It’s the middle of summer and for those lucky enough to live in a coastal state, like us here in Connecticut, that means it's beach time! Whether you’re looking for an inexpensive outing with the family, to catch a tan, or simply to get away from the daily grind, beaches offer it all.
But what actually goes into making beaches so well-suited for summer fun? Aside from the coastal cleanup many of us remember after super storms Sandy and Irene, those in charge of our coastline must also contend with water pollution and bacteria levels, public and private access issues, funding for maintenance and facility upkeep, and even keeping enough sand on the shore to call a beach, a beach.
And if that’s not enough, climate change is now creating even more problems for our coastline. According to some estimates, sea levels could rise by up to two meters by the end of the century -- an event that would put coastal cities like Bridgeport, New Haven, and New London as well as major transportation routes at risk for huge damages.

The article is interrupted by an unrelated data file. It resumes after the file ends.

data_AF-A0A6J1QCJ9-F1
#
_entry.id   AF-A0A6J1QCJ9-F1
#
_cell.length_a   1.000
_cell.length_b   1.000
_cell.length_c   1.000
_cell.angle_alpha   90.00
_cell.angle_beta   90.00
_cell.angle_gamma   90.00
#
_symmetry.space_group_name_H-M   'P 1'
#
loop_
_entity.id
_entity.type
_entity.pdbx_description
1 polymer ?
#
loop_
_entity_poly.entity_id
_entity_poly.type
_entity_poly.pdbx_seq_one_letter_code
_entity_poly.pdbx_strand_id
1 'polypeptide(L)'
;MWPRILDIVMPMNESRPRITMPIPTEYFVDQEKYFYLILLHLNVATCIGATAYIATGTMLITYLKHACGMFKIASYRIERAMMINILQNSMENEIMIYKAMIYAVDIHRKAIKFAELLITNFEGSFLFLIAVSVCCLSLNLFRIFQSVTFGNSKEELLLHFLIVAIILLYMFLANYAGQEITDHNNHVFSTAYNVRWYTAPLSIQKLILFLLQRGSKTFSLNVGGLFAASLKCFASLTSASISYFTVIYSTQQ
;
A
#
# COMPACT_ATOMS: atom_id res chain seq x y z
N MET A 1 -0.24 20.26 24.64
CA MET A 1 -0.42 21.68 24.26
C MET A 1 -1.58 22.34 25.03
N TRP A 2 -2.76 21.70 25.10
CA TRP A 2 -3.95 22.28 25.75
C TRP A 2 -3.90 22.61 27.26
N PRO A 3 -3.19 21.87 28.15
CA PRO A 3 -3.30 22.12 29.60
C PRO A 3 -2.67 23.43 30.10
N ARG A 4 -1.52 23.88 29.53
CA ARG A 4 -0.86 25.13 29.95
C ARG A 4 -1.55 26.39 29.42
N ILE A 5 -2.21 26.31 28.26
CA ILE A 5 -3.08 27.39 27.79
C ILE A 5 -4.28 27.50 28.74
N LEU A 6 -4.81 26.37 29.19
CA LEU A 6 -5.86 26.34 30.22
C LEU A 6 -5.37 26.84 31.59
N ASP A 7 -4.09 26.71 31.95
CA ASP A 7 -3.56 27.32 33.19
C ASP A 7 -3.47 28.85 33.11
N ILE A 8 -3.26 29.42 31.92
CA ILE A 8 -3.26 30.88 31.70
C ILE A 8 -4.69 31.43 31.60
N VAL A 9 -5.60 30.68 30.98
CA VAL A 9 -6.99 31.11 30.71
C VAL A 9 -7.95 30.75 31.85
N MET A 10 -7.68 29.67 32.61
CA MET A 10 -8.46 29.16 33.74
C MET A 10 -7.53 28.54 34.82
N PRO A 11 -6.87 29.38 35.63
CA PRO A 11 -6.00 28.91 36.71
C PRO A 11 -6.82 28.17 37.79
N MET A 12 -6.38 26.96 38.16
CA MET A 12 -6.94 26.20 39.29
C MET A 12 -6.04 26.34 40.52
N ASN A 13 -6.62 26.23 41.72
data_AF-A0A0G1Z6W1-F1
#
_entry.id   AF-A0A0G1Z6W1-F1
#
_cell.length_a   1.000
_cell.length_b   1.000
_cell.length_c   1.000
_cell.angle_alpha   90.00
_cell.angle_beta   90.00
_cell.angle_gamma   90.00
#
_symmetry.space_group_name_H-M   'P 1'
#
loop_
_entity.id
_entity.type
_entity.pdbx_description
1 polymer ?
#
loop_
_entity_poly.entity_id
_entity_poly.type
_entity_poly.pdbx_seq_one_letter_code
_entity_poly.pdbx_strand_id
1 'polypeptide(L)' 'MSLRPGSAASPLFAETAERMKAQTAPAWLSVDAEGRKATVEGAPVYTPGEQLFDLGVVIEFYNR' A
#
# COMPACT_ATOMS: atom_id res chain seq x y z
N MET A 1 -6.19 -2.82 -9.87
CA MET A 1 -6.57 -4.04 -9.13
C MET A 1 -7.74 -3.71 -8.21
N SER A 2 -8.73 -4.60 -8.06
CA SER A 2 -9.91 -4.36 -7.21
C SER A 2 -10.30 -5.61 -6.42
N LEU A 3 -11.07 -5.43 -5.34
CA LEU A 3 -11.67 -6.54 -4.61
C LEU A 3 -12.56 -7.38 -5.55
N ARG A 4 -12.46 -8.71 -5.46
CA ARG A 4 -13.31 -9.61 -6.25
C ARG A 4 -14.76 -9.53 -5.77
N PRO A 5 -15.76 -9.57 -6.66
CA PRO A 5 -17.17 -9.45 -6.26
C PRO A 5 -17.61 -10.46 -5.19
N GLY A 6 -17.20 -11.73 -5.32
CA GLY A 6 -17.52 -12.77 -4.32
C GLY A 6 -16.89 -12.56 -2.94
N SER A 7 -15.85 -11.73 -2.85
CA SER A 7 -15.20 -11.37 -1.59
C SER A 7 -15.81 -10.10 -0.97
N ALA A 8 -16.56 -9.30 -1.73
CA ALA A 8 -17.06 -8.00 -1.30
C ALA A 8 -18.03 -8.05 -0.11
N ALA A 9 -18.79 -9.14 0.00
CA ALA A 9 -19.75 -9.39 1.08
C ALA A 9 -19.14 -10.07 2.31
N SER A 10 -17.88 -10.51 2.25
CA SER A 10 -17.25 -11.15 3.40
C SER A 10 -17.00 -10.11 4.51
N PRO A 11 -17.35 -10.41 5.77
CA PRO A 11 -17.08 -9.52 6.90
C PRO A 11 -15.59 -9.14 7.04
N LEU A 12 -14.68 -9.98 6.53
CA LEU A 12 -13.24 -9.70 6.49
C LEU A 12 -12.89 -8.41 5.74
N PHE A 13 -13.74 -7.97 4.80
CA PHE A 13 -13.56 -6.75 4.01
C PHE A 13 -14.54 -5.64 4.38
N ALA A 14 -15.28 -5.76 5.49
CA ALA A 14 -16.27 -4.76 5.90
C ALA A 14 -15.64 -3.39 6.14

What is being done to keep our coastline intact and beach goers safe?
- Robert Klee- Commissioner of Connecticut’s Department of Energy and Environmental Protection (DEEP)
- James Tait- Professor of Science Education and Environmental Studies at Southern Connecticut State University and co-coordinator at the Werth Center for Coastal and Marine Studies
- Jennifer O’donnell- CEO of Coastal Ocean Analytics and a Professor at Uconn’s Department of Marine Sciences
John Dankosky and Allison Ehrenreich contributed to this program.